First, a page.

If one wishes to admire some of the most exquisite historical places of the world, one should definitely think of Poland. The 20th century was an especially packed time-frame there and the museums of the country directly reflect its ups and downs. So, without further ado, let us look at a few of the ones that you should definitely not miss!
1. POLIN Museum of the History of Polish Jews:
There’s no doubt about the fact that Warsaw is one of the more historically-significant cities of Poland (not to mention its capital status), and here’s one of the reasons why: it is home to the POLIN Museum of the History of Polish Jews. Situated on the very location of the Warsaw Ghetto, the establishment was founded in 2005 and ultimately opened between 2013 and 2014. What’s interesting about it is that the Hebrew word “polin” means two things: “Poland” or “rest here”. If we take a moment just to let that sink in, we will realise that the whole meaning and purpose of the museum is to illustrate the thousand-year-old Jewish presence in Poland (up until the infamous Holocaust and a bit afterwards as well). In fact, the word “polin” is linked to a national legend that relates the story of how the first Jews arrived there. Covering more than 4,000 square metres of exhibition space, the museum is split into eight galleries: Forest (tells the story of the first Jewish arrival – as mentioned above); First Encounters (explores the first Jewish settlers and the life and work of Ibrahim ibn Jakub); Paradisus Iudaeorum (exploring some economic development details – also keep an eye out for the model of Kraków and the Jewish Kazimierz district); The Jewish Town (this one delves deeper history of the local Jews up until the point of the Partitions of Poland); Encounters with Modernity (this section deals with the Partitions and the fate that the Jews shared with the Polish people); On the Jewish Street (this section deals with the period of the Second Polish Republic); Holocaust (this gallery is devoted to the decimation of the Jews in Poland and the German occupation); and, finally, Postwar Years (this is a section devoted to the years following 1945). There is no better place to explore the history of the Polish Jews for the whole thing is presented in a personal and a delicate fashion. This, of course, makes it a must-see for everyone (not to mention the fact that over 450,000 people visit it each year).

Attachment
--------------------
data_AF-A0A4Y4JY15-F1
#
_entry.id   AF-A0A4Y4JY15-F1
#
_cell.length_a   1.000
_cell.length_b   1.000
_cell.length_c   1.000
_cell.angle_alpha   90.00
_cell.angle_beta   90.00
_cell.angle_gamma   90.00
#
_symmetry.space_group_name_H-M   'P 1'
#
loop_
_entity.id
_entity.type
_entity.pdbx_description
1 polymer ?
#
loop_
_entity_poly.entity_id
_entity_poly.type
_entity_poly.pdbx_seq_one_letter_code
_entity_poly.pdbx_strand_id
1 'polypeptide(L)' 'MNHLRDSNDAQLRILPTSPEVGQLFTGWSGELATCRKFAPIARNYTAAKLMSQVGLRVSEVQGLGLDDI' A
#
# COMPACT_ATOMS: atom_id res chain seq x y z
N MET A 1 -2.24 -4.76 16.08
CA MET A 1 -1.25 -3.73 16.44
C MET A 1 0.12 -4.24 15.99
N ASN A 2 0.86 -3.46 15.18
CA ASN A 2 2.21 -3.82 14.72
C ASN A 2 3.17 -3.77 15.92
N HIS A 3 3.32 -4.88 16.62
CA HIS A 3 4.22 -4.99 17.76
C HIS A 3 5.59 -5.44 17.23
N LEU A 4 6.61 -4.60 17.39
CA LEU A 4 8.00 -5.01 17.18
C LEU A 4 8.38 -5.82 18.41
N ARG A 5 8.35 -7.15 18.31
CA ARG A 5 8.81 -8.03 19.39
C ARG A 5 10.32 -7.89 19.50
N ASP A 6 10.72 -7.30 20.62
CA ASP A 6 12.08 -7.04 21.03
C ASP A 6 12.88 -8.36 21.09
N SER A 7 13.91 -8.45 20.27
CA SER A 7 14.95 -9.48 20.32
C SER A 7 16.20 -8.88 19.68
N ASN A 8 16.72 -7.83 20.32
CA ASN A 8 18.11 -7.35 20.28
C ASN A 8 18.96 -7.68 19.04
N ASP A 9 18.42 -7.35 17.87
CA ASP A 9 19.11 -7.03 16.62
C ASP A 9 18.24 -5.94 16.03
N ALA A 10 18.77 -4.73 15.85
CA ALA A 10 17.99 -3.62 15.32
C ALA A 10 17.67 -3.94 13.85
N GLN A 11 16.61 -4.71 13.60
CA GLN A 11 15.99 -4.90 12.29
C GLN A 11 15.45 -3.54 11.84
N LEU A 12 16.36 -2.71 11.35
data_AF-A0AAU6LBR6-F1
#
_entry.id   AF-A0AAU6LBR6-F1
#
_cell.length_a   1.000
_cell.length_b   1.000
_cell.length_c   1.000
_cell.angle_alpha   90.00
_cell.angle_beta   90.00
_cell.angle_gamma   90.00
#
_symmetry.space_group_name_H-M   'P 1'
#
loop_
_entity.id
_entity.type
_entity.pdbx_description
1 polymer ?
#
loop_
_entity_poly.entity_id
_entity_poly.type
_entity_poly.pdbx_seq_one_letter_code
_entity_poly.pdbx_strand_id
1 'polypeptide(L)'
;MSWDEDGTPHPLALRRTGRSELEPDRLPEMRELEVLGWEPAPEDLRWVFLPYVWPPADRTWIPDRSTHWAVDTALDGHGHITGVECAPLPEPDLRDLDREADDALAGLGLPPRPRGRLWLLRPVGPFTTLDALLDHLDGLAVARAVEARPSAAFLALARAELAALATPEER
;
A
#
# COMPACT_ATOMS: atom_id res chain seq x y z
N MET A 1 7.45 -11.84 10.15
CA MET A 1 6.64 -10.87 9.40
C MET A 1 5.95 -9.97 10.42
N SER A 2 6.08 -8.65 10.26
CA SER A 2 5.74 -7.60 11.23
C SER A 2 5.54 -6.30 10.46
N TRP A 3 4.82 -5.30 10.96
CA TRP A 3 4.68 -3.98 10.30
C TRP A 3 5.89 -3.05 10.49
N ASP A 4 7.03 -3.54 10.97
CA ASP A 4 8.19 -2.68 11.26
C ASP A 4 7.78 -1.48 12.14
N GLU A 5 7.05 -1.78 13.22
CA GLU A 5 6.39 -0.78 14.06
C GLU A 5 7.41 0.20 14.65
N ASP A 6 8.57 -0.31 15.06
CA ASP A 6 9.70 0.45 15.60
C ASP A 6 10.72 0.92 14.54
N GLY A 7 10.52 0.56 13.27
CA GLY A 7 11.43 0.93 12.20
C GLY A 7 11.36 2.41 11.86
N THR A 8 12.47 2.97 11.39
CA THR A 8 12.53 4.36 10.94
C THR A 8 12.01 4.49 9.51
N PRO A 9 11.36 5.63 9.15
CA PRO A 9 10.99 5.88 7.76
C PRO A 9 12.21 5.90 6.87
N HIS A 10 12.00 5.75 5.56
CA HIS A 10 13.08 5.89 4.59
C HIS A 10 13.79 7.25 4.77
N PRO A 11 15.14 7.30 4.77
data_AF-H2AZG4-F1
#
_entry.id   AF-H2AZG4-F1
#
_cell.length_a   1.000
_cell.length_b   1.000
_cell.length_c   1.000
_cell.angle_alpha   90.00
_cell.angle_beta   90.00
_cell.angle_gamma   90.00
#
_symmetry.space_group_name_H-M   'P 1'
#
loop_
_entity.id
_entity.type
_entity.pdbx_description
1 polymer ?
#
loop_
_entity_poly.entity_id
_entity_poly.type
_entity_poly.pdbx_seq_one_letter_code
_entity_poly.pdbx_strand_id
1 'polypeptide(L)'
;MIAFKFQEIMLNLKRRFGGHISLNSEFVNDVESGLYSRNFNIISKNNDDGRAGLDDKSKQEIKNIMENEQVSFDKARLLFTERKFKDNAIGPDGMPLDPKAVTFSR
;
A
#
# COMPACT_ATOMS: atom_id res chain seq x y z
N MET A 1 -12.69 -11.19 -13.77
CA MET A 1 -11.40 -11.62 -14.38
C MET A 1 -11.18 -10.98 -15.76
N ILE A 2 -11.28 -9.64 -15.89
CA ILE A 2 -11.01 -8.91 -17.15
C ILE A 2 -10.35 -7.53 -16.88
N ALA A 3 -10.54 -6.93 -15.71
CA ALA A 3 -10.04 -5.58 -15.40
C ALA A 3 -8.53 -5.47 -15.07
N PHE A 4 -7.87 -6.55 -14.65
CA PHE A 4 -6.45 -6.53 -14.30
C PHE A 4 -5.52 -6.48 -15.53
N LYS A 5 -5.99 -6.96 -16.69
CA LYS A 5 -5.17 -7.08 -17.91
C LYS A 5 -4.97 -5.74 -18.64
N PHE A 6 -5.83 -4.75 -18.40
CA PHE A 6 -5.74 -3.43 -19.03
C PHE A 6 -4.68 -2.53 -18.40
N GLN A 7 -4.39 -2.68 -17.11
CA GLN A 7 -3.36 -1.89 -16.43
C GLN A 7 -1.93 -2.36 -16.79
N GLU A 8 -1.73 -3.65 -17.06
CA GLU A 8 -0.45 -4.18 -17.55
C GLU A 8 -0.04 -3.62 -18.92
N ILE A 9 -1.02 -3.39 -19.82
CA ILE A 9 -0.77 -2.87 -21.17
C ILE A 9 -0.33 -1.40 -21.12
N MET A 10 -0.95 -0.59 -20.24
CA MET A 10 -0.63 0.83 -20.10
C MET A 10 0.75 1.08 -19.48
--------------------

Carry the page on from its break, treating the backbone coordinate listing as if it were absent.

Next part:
2. Polish Aviation Museum:
Going to Poland without visiting the Kraków-based Polish Aviation Museum will still be interesting (because the country is as beautiful as it can get) but it just won’t be the same. Located at the site of the unused Kraków-Rakowice-Czyżyny Airport (founded by Austria-Hungary in 1912 – this makes it one of the oldest airfields in the world), the museum was opened in 1964 (following the abandonment of the airfield in 1963). With over 200 aircraft to showcase, it surely is one of the most exquisite attractions of its parent city. And here comes the interesting part (the reason why most specialists adore this museum): it has almost all planes ever used or developed by Poland after 1945. If that didn’t draw your attention to it, then let us enumerate a few notable planes on display: a de Havilland Sea Venom FAW.21, a WSK-Mielec M-15 Belphegor, a Republic F-84F Thunderstreak, a Yakovlev Yak-42, a Mikoyan-Gurevich MiG-19, a Aeritalia F-104S, a Mikoyan-Gurevich MiG-23, and countless others. This is a must for history buffs!
3. Auschwitz-Birkenau Memorial and Museum:
You know what’s sad? The fact that we have all heard of Auschwitz – and not because of some glorious event but because of the atrocities that have taken place there. Thus, the Auschwitz-Birkenau Memorial and Museum is a place where you can explore some of the most haunting sights that one can behold on Planet Earth. In polish, Auschwitz is called Oświęcim and the museum itself contains the concentration camps Auschwitz I and Auschwitz II-Birkenau. Founded by the act of the Sejm on 2 July 1947, museum and its surroundings have been declared a UNESCO World Heritage Site under the name “Auschwitz German Nazi concentration and extermination camp (1940–45)”. This is another one that is a must-see for all history buffs but it is definitely an eye-opener for all those who dare to brave its grounds. Although the whole setting is sombre and full of things that people usually tend to avoid, we recommend that you become one of the nearly 2 million people that visit it each year.
Did you enjoy our list? Which of the aforementioned museums have you visited and what impressions have they left you with? Tell us all about it in the comment section below and do come back to us for some exciting updates and articles! Safe travels!